In the perspective view of FIG. 1, a piezoelectric element layer 10 is detachably bonded to a transfer carrier 12 with an adhesive 14. The piezoelectric element layer 10 can include, for example, a lead-zirconate-titanate layer between about 25 μm to about 150 μm thick, to function as an inner dielectric. The dielectric layer can be plated on both sides with nickel, for example, using an electroless plating process to provide conductive elements on each side of the dielectric layer. The nickel-plated dielectric structure 10 functions essentially as a parallel plate capacitor which develops a difference in voltage potential across the inner dielectric material. The carrier 12 can include a metal sheet, a plastic sheet, or another transfer carrier. The adhesive layer 14 which attaches the piezoelectric element layer 10 to the transfer carrier 12 can include a dicing tape, thermoplastic, or another adhesive. In another embodiment, the transfer carrier 12 can be a material such as a self-adhesive thermoplastic layer such that a separate adhesive layer 14 is not required.
After forming the FIG. 1 structure, the piezoelectric element layer 10 is diced to form a plurality of individual piezoelectric elements 20 as depicted in FIG. 2. It will be appreciated that while FIG. 2 depicts 4×3 array of piezoelectric elements, a larger array can be formed. For example, current print heads can have a 344×20 array of piezoelectric elements. The dicing can be performed using mechanical techniques such as with a saw such as a wafer dicing saw, using a dry etching process, using a laser ablation process, etc. To ensure complete separation of each adjacent piezoelectric element 20, the dicing process can terminate after removing a portion of the adhesive 14 and stopping on the transfer carrier 12, or after dicing through the adhesive 14 and part way into the carrier 12.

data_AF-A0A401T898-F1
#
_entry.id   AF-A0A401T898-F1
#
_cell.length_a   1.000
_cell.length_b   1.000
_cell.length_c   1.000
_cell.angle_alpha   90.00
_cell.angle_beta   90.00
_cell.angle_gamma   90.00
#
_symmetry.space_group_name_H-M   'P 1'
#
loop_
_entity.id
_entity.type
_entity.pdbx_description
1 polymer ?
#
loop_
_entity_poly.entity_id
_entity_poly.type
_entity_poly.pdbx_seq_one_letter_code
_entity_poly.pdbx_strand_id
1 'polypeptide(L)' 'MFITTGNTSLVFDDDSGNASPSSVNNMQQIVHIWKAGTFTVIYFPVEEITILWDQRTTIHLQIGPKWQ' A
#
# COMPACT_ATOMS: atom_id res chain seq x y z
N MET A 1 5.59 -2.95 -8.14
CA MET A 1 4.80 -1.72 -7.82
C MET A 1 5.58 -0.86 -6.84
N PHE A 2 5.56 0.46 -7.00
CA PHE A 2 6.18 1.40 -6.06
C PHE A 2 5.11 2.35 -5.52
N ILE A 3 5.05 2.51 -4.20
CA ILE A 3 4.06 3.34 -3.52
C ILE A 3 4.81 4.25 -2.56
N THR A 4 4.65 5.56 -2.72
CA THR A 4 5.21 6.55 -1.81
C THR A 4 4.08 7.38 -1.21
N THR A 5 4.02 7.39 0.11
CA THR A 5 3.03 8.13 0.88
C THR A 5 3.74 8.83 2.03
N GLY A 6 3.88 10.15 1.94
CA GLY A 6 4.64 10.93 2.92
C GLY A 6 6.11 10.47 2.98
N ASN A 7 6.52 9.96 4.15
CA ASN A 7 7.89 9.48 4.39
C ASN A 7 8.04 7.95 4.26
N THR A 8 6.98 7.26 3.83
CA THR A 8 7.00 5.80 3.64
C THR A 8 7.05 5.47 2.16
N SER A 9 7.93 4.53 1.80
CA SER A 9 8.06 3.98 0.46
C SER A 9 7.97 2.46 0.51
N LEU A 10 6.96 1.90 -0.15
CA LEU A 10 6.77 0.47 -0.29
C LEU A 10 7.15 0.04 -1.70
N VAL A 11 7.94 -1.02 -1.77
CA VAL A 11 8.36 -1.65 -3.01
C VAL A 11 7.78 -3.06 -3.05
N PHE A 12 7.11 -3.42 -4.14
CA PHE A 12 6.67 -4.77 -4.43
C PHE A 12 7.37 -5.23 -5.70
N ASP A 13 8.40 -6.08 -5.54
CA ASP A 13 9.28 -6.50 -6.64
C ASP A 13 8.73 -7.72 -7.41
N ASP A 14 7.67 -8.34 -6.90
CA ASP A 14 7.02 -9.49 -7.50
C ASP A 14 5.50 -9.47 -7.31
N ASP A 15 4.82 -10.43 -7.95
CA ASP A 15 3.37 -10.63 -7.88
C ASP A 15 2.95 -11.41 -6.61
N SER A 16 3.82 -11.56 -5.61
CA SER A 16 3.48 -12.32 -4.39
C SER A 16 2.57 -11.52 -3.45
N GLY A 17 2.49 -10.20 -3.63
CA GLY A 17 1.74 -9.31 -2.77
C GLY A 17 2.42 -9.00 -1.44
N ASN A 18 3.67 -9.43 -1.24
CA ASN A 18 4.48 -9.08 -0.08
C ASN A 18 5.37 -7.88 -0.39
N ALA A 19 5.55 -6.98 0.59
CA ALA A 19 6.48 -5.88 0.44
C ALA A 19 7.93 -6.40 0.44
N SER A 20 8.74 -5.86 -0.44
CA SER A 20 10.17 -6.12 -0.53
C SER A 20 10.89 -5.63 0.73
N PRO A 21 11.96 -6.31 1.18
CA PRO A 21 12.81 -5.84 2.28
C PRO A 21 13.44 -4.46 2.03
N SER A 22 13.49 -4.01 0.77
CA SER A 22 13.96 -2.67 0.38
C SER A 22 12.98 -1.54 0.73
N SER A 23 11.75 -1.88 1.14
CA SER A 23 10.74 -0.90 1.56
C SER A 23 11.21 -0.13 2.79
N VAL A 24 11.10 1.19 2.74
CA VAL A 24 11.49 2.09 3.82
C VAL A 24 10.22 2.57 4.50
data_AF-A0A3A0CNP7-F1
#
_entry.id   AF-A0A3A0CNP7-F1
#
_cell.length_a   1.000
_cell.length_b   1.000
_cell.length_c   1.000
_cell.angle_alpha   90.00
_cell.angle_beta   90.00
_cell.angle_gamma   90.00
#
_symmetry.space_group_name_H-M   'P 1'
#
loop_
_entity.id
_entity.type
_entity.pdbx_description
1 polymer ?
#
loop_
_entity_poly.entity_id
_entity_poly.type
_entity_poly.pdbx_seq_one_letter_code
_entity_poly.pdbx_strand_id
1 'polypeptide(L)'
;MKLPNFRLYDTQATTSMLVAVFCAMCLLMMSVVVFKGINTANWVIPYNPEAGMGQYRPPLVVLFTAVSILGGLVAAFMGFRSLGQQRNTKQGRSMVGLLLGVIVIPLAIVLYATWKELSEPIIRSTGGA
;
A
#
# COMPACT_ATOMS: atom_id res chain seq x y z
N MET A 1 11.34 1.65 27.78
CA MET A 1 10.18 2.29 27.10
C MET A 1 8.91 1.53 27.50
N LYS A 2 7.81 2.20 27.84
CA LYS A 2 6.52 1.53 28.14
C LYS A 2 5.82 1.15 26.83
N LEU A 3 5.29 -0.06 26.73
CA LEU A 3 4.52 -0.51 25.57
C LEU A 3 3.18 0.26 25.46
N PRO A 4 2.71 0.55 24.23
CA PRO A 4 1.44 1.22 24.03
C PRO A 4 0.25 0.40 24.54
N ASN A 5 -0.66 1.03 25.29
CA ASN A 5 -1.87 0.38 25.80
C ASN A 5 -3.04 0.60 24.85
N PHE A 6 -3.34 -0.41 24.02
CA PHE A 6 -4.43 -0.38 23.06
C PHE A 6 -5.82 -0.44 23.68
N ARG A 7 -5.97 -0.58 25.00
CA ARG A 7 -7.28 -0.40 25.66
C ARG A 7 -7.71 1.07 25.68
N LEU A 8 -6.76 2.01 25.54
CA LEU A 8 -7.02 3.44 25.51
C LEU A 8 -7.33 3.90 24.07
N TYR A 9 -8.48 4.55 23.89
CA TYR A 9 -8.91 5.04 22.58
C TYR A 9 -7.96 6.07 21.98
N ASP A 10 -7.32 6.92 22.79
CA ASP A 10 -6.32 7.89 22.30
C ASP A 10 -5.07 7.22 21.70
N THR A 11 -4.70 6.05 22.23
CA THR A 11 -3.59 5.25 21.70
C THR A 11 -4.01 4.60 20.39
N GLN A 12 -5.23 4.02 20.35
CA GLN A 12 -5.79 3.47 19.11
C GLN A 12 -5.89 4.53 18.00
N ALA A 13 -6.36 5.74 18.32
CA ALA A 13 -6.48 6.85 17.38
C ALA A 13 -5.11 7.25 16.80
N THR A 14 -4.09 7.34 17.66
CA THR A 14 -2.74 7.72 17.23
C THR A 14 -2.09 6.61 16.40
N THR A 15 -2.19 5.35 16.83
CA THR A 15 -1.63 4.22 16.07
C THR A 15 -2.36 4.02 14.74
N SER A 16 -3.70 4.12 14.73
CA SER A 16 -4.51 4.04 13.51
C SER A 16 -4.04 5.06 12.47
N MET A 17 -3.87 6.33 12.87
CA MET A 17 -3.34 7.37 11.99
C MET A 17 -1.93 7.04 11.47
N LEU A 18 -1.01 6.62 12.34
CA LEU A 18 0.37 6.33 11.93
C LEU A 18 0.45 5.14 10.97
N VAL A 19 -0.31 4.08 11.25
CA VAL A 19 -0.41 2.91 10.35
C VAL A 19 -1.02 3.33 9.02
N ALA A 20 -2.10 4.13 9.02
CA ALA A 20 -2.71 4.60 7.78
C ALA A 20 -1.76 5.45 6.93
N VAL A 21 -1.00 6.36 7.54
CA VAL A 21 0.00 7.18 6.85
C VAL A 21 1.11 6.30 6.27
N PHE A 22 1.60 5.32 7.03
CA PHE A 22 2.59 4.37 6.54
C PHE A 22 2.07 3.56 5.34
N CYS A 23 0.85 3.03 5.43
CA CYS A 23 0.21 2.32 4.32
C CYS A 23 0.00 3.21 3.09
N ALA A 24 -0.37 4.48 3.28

After forming the individual piezoelectric elements 20, the FIG. 2 assembly can be attached to a jet stack subassembly 30 as depicted in the cross section of FIG. 3. The FIG. 3 cross section is magnified from the FIG. 2 structure for improved detail, and depicts cross sections of one partial and two complete piezoelectric elements 20. The jet stack subassembly 30 can be manufactured using known techniques. The jet stack subassembly 30 can include, for example, an inlet/outlet plate 32, a body plate 34, and a diaphragm 36 which is attached to the body plate 34 using an adhesive diaphragm attach material 38. The diaphragm 36 can include a plurality of openings 40 for the passage of ink in the completed device as described below. The FIG. 3 structure further includes a plurality voids 42 which, at this point in the process, can be filed with ambient air. The diaphragm attach material 38 can be a solid sheet of material such as a single sheet polymer so that the openings 40 through the diaphragm 36 are covered.
In an embodiment, the FIG. 2 structure can be attached to the jet stack subassembly 30 using an adhesive between the diaphragm 36 and the piezoelectric elements 20. For example, a measured quantity of adhesive (not individually depicted) can be dispensed, screen printed, rolled, etc. onto either the upper surface of the piezoelectric elements 20, onto the diaphragm 36, or both. In an embodiment, a single drop of adhesive can be placed onto the diaphragm for each individual piezoelectric element 20. After applying the adhesive, the jet stack subassembly 30 and the piezoelectric elements 20 are aligned with each other, then the piezoelectric elements 20 are mechanically connected to the diaphragm 36 with the adhesive. The adhesive is cured by techniques appropriate for the adhesive to result in the FIG. 3 structure.
Subsequently, the transfer carrier 12 and the adhesive 14 are removed from the FIG. 3 structure to result in the structure of FIG. 4.
Next, an uncured dielectric interstitial layer 50 is dispensed over the FIG. 4 structure as depicted in FIG. 5. The interstitial layer can be a polymer, for example a combination of Epon™ 828 epoxy resin (100 parts by weight) available from Miller-Stephenson Chemical Co. of Danbury, Conn. and Epikure™ 3277 curing agent (49 parts by weight) available from Hexion Specialty Chemicals of Columbus, Ohio. The interstitial layer 50 can be dispensed in a quantity sufficient to cover exposed portions of an upper surface 52 of the diaphragm 36 and to encapsulate the piezoelectric elements 20 subsequent to curing. The interstitial layer 50 can further fill the openings 40 within the diaphragm 36 as depicted. The diaphragm attach material 38 which covers openings 40 in the diaphragm 36 prevents the dielectric fill material from passing through the openings 40.